Zalman ZM-MFC2: 4 x Fan Controller + Power Meter

Fans|Controls
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October 12, 2007 by Devon Cooke

Product
Zalman ZM-MFC2
4-Channel Fan Controller
Manufacturer
Market Price
~US$60

Keeping track of system temperatures and fan speeds is an integral part of silencing a new rig. In a simple system, setting-and-forgetting the fans when the system is built works well enough, but a regularly tweaked system needs re-testing every time it changes, and that adds up to a lot of work. This is where a fan controller like Zalman's ZM-MFC2 comes in handy; it centralizes all the thermal and fan information, and provides a way to tweak fan speeds — without ever needing to crack open the case. The ZM-MFC2 also provides one extra morsel of information: system power consumption.

The ability to monitor system power is the gimmick that Zalman hopes will set its product apart from the rest of the fan controllers on the market. While nobody needs to know how much power his or her system is consuming, it does provide a means of judging how hard the cooling system should be working before the system heats up.

Besides its practical convenience, there's no question that Zalman's fan controller is about bling. Chances are, most of Zalman's customers will use the flashy information readout to show off their m4d m0dding sk1llz just as much as they do for practical purposes. The power meter just adds to this — it adds yet another layer of competition to system building. Here at SPCR, we hope people will be competing to see how little power their systems consume, but that doesn't seem to be how Zalman expects the ZM-MFC2 — and its 800W of headroom — to be used. In fact, even though the power meter will not measure above 800W, Zalman has included a safety warning to use a thicker power cable at currents above 10A (1200W in North America, double that most other places) — just in case you somehow manage to build a system that requires an entire circuit breaker to itself.


Lots of wiring goodness.

The contents of the box are pretty much as expected with one exception: A PCI plate with a single USB plug. Closer inspection reveals that, while it is indeed possible to plug a USB cable in, doing so would be a very, very bad idea; instead, it accepts a signal from an external pass-through brick that measures AC power. Those like me who tend to plug rear USB cables in blind be warned: This is an excellent way to damage both your motherboard and the CVS controller.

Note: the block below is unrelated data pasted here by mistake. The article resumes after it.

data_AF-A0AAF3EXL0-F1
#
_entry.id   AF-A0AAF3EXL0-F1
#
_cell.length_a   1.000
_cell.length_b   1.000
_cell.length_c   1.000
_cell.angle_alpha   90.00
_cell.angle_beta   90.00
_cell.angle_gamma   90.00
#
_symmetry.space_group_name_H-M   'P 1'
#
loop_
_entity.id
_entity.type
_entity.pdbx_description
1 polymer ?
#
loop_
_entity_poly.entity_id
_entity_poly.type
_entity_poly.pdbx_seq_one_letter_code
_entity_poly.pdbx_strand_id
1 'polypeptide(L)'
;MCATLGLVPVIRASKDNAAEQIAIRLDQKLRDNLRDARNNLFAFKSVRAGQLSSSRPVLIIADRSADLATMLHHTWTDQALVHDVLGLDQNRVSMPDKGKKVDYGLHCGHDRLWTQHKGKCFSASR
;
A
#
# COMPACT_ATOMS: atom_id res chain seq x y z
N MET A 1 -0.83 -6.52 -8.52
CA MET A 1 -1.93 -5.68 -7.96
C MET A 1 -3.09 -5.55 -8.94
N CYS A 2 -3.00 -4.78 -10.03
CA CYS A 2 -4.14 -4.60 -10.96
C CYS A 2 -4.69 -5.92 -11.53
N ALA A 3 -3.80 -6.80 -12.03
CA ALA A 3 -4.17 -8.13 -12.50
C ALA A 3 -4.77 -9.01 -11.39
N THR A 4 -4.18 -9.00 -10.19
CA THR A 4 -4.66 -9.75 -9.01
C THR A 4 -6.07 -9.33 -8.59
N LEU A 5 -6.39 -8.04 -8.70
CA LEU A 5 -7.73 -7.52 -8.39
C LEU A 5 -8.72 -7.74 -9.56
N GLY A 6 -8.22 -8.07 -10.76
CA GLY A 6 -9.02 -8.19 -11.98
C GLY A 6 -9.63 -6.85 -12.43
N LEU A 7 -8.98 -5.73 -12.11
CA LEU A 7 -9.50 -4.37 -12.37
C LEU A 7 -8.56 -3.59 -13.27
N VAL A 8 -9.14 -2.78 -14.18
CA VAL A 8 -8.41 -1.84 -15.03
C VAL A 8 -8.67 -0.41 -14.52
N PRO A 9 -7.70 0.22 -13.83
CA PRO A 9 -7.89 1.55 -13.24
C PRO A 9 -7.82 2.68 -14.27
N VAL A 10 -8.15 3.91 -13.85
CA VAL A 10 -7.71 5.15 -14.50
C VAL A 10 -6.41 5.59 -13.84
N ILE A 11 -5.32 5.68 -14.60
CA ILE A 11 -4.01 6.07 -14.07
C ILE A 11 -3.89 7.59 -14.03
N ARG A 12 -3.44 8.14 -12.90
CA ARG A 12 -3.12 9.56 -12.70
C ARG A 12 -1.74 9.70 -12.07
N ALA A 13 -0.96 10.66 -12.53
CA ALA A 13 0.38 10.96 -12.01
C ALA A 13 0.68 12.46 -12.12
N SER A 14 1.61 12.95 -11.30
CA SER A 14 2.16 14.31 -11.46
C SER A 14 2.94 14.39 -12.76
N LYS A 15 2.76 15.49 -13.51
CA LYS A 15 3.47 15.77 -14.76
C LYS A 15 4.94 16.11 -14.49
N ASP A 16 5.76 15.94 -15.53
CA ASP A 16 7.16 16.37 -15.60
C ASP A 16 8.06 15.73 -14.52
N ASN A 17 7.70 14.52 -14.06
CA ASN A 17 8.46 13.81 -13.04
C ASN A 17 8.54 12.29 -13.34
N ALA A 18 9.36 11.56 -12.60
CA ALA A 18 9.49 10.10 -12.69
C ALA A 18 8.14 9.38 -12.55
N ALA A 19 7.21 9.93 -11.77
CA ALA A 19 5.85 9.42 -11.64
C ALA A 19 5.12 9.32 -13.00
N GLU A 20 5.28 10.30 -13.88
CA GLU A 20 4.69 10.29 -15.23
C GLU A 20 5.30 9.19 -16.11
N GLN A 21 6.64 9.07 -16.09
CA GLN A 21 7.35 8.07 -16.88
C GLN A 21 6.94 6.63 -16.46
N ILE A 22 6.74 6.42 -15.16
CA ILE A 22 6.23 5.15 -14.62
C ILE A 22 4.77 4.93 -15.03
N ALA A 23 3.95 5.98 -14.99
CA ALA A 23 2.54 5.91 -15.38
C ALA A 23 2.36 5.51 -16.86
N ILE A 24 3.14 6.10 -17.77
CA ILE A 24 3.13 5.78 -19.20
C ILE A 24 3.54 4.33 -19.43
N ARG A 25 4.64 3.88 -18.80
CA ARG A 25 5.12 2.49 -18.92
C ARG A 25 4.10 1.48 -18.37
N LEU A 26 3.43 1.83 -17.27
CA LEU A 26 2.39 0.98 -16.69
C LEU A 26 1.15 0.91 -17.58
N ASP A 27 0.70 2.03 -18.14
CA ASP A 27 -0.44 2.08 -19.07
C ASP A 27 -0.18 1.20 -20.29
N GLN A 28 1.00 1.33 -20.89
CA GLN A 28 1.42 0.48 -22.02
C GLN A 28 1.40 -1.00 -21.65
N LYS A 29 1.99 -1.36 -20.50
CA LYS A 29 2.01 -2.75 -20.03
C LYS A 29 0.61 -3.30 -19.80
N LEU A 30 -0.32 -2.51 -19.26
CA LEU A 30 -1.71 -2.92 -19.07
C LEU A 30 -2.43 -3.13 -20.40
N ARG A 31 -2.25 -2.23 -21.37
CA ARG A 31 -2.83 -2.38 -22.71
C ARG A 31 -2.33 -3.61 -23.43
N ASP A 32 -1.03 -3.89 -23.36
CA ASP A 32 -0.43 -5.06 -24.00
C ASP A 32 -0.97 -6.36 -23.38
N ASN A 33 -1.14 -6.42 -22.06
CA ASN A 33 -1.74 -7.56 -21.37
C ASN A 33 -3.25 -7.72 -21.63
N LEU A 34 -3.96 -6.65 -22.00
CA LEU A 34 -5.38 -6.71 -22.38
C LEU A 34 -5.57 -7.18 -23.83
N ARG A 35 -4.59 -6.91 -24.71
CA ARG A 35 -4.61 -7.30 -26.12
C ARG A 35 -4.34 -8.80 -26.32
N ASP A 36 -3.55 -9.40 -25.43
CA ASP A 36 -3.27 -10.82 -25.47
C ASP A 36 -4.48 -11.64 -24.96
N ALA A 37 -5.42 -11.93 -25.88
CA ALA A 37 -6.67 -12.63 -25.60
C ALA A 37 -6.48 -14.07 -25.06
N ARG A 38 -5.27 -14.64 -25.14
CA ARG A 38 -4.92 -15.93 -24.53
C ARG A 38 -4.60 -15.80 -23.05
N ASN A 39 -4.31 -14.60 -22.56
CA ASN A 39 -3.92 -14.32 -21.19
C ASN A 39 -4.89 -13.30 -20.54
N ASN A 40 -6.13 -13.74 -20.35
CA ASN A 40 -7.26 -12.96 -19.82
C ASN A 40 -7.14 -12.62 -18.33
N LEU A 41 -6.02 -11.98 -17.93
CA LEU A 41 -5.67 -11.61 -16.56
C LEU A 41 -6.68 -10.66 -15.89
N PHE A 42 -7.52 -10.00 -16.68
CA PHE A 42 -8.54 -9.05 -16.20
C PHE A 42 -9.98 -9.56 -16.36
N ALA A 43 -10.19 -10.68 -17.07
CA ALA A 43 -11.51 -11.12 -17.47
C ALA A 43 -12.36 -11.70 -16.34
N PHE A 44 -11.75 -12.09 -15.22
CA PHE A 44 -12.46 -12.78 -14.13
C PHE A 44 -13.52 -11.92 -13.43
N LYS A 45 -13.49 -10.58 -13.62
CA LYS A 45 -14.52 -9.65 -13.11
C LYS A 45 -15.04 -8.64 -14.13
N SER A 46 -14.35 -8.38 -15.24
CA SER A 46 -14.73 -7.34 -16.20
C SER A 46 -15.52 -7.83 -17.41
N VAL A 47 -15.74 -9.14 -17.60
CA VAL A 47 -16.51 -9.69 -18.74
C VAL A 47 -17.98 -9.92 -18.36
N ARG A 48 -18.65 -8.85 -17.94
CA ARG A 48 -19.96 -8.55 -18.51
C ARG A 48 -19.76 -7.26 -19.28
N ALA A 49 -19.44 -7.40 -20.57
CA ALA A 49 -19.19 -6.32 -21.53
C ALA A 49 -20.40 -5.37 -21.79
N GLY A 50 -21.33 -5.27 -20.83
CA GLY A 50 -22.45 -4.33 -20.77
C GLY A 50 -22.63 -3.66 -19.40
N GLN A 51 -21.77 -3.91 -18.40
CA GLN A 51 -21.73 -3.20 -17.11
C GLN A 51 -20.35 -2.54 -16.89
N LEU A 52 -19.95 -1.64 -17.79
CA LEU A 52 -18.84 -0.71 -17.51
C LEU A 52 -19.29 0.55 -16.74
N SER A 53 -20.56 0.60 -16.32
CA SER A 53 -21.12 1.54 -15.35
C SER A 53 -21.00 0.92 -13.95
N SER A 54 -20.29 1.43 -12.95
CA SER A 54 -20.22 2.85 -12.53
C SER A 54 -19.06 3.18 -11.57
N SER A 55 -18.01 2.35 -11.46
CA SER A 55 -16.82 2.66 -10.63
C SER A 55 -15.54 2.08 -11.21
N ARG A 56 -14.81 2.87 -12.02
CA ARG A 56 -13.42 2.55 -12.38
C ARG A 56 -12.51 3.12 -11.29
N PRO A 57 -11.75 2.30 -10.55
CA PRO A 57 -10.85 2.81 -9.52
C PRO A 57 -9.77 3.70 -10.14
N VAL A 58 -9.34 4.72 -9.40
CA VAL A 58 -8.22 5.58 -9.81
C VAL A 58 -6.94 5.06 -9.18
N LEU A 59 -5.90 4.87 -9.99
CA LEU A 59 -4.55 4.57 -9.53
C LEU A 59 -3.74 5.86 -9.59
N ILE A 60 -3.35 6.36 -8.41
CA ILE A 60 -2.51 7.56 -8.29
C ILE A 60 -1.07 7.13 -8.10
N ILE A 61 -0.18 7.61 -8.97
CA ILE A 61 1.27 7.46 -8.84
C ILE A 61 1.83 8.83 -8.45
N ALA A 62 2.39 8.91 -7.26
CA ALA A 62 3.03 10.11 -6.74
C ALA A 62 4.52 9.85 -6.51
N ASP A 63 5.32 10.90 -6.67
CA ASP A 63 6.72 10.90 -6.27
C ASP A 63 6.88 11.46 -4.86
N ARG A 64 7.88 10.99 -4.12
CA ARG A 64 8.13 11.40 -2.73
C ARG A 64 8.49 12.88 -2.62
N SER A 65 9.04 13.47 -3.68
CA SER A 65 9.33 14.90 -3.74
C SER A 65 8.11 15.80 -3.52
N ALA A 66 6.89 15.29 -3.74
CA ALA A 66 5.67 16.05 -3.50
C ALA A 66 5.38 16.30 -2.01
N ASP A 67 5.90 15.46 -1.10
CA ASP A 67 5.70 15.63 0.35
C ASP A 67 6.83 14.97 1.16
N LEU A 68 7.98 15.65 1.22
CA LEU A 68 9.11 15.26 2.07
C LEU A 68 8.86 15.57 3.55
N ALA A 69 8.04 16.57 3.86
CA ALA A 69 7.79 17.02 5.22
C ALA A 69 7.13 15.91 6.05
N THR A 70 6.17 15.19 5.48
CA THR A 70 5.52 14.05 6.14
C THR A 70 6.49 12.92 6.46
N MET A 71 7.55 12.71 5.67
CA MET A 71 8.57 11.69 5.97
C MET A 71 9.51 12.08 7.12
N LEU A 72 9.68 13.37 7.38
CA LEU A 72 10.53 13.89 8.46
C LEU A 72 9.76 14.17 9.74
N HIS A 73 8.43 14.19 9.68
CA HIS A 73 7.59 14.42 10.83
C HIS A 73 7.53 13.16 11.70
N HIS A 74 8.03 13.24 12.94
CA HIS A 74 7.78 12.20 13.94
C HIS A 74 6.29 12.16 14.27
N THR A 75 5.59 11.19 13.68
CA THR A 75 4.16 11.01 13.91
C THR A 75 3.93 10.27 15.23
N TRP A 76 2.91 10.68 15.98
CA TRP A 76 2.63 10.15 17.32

From left to right: Manual, PCI plate for power signal, fan cables, thermistor cables, power pass-through.

Zalman ZM-MFC2: Feature Highlights (from the product web page)
Feature & Brief Our Comment
Real time display of power consumption.
The first device we've seen that offers this.
Four sensors for temperature monitoring and display.
External thermistors are rarely as accurate as in-chip measurement — but they have the advantage of knowing exactly where they're placed.
Monitoring and control of one PWM fan and three standard fans.
A good balance for an Intel system where the CPU uses a special 4-pin fan. AMD-based systems will have to live with one less fan output — or find a compatible heatsink with a 4-pin fan.
Alarm system to notify non-operation of any of the fans.
Stall notification for safety.
Fan’s operation status indicated with animated propeller images. Bling bling.

Zalman ZM-MFC2: Specifications (from the product web page)
Dimensions
147(L) x 87(W) x 42(H) mm
Power & Temperature Display
30 ~ 800W / -9°C ~ +99°C
Fan Compatibility
1x 4-Pin (Supports fans with PWM function)
3 x 3-Pin (Supports fans with RPM output function) (Editor's note: Zalman includes one Y-cable that allows a fourth 3-pin fan to share one of the control channels with another fan.)
Fan RPM Control
60~5940 RPM
PWM Regulation Method (Fan No.4)
Voltage Control Method (Fan No.1~3)
Output Current
0.7A
Output Voltage 4 ~ 11 VDC
Input Voltage +12 VDC / +5 VDC



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